Firefighters could be given some reprieve as they battle major bushfires that have razed more than 100,000 hectares in NSW.
While the weather is expected to remain warm and dry and some areas will face very high danger in coming days, the weather conditions will be "reasonably benign", the Bureau of Meteorology says.
Duty forecaster Neale Fraser said a high pressure system meant wind wasn't going to be a factor.
"You need the combination of the dry conditions, the warm and the fairly strong winds to lead to severe and extreme fire danger," he told AAP on Thursday.
He said longer term, conditions could potentially worsen towards the end of next week.
Warnings for three massive blazes at Bees Nest near Armidale, Drake near Tenterfield, and Shark Creek in the Clarence Valley remained at 'advice' levels on Thursday after the threat eased.
But the NSW Rural Fire Service issued a more serious 'watch and act' warning for a new fire east of Glen Innes in the evening, warning that it was spreading quickly through bushland and could threaten properties.
As of 5pm, there were 51 bush and grass fires burning across NSW with 27 uncontained.
The Bees Nest blaze has razed more than 78,600 hectares and is still burning close to homes and properties, but conditions have eased.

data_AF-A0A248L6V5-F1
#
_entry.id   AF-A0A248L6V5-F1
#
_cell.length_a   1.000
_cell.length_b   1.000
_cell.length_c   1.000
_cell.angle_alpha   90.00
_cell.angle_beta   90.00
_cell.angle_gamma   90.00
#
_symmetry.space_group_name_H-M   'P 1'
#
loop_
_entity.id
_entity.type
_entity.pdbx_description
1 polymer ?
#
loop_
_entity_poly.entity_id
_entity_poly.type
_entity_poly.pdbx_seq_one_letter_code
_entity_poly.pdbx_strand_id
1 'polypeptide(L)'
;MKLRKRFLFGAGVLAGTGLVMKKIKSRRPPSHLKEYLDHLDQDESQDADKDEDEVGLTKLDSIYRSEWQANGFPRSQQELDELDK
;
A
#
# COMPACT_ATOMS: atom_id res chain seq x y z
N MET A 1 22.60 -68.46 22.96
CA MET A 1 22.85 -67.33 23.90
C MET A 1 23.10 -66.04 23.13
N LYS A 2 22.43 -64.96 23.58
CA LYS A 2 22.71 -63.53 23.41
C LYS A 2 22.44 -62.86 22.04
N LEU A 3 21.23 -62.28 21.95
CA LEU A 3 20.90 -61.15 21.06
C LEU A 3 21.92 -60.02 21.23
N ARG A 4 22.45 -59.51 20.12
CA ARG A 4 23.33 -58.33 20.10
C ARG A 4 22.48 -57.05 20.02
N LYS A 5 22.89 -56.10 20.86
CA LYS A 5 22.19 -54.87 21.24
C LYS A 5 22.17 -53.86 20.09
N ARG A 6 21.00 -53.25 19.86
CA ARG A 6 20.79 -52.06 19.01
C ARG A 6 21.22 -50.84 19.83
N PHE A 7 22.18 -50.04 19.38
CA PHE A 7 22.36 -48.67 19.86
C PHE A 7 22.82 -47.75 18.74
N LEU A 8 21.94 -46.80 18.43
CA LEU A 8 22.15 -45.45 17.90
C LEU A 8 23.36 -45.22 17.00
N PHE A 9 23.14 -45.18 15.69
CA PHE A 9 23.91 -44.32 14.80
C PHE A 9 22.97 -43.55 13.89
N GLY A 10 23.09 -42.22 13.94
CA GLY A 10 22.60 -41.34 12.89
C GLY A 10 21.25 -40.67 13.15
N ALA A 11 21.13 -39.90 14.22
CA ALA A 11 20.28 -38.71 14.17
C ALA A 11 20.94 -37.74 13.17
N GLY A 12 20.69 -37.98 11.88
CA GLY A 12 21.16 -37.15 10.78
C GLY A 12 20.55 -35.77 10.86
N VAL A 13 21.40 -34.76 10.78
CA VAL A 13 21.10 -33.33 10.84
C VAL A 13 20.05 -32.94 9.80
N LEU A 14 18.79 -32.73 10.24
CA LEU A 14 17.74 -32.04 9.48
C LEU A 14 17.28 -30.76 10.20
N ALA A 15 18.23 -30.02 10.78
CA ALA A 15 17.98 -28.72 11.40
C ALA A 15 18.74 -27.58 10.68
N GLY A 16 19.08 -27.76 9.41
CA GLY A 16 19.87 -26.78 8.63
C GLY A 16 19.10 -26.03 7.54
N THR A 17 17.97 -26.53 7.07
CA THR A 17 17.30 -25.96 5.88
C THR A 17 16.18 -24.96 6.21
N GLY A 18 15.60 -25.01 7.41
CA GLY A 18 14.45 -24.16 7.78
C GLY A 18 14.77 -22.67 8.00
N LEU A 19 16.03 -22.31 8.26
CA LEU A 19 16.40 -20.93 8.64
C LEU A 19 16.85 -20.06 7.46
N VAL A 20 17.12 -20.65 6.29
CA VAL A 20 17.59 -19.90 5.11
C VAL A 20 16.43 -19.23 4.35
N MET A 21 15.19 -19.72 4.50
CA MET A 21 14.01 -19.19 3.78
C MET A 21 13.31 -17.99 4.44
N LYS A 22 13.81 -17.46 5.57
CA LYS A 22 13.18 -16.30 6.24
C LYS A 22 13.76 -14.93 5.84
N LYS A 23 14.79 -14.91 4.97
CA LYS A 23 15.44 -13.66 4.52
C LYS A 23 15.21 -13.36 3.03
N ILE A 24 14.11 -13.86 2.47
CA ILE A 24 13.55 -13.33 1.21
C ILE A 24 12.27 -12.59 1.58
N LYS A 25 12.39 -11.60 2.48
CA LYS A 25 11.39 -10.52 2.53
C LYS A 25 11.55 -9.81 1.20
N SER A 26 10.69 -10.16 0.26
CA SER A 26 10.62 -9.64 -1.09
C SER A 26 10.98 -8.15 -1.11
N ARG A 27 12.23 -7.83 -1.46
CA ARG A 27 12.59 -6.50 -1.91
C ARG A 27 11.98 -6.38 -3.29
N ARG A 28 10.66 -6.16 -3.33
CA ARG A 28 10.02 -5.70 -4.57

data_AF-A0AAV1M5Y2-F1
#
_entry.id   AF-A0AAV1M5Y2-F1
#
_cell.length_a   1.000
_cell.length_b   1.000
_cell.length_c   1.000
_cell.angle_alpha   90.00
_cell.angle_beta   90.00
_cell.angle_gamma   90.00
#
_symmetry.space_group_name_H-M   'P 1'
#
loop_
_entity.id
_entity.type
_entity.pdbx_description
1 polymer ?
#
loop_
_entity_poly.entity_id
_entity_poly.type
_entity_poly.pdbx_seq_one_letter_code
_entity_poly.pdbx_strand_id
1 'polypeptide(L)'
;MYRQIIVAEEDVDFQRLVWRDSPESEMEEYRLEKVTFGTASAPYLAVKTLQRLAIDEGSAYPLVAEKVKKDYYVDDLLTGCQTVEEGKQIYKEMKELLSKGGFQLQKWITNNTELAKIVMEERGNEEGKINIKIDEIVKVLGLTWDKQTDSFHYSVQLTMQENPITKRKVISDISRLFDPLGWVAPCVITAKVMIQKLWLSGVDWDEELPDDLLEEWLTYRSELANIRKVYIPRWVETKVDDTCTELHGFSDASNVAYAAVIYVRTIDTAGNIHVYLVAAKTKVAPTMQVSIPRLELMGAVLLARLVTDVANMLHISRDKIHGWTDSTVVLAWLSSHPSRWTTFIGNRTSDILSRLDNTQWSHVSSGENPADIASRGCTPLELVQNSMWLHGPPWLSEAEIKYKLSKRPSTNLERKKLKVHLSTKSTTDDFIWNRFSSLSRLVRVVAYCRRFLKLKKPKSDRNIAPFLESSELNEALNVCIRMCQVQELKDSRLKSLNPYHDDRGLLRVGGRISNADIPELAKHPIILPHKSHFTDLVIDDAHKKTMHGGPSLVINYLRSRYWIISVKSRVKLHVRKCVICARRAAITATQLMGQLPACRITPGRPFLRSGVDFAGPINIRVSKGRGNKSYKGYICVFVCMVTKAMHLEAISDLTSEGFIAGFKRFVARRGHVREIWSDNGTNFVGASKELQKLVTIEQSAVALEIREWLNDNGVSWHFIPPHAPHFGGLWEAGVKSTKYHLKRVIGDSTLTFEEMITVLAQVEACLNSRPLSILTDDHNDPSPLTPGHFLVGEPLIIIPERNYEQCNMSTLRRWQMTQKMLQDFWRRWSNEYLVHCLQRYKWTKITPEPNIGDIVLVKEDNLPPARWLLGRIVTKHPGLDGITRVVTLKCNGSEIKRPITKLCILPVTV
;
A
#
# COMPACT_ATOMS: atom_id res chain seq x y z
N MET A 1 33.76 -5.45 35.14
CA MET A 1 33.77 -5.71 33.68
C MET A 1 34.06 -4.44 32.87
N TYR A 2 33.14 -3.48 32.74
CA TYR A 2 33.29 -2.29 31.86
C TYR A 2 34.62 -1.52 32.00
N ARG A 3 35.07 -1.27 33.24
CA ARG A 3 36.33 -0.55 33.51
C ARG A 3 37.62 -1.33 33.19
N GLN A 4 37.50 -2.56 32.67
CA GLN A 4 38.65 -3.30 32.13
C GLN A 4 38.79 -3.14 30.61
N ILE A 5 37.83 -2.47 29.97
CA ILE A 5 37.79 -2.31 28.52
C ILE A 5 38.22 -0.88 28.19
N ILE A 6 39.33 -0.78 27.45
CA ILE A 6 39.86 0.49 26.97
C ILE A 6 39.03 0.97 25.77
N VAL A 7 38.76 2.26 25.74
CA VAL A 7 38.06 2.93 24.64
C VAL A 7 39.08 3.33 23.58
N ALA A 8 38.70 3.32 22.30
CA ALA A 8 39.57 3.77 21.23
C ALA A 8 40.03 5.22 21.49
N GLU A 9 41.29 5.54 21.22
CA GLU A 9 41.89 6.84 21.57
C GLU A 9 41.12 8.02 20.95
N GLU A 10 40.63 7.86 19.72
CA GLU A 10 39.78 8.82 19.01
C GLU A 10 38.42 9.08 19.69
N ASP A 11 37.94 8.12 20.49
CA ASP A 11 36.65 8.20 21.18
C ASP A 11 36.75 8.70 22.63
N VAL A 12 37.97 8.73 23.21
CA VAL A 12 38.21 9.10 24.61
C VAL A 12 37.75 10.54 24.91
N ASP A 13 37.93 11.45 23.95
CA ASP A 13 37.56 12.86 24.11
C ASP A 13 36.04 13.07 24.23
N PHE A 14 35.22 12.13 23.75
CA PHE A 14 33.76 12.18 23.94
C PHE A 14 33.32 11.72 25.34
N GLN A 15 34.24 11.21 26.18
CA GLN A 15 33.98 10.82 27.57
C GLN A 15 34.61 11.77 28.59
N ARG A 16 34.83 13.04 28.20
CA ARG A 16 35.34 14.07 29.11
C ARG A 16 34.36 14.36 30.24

The Long Gully Road blaze at Drake has burnt more than 47,500ha and continues to spread in a number of directions due to winds and local terrain.
Meanwhile, the Shark Creek fire has torn through more than 10,100ha.
Several regions will experience very high fire danger on Friday, including the Far North Coast, New England and the Northern Slopes, with the North Coast, Greater Hunter and Illawarra regions are among those given a high fire danger rating.
Prime Minister Scott Morrison in a video on Wednesday night said those affected by fires in Queensland and NSW could count on the support of their fellow Australians and state and federal governments.
"These disasters hit us but how we respond as Australians is always remarkable," Mr Morrison said.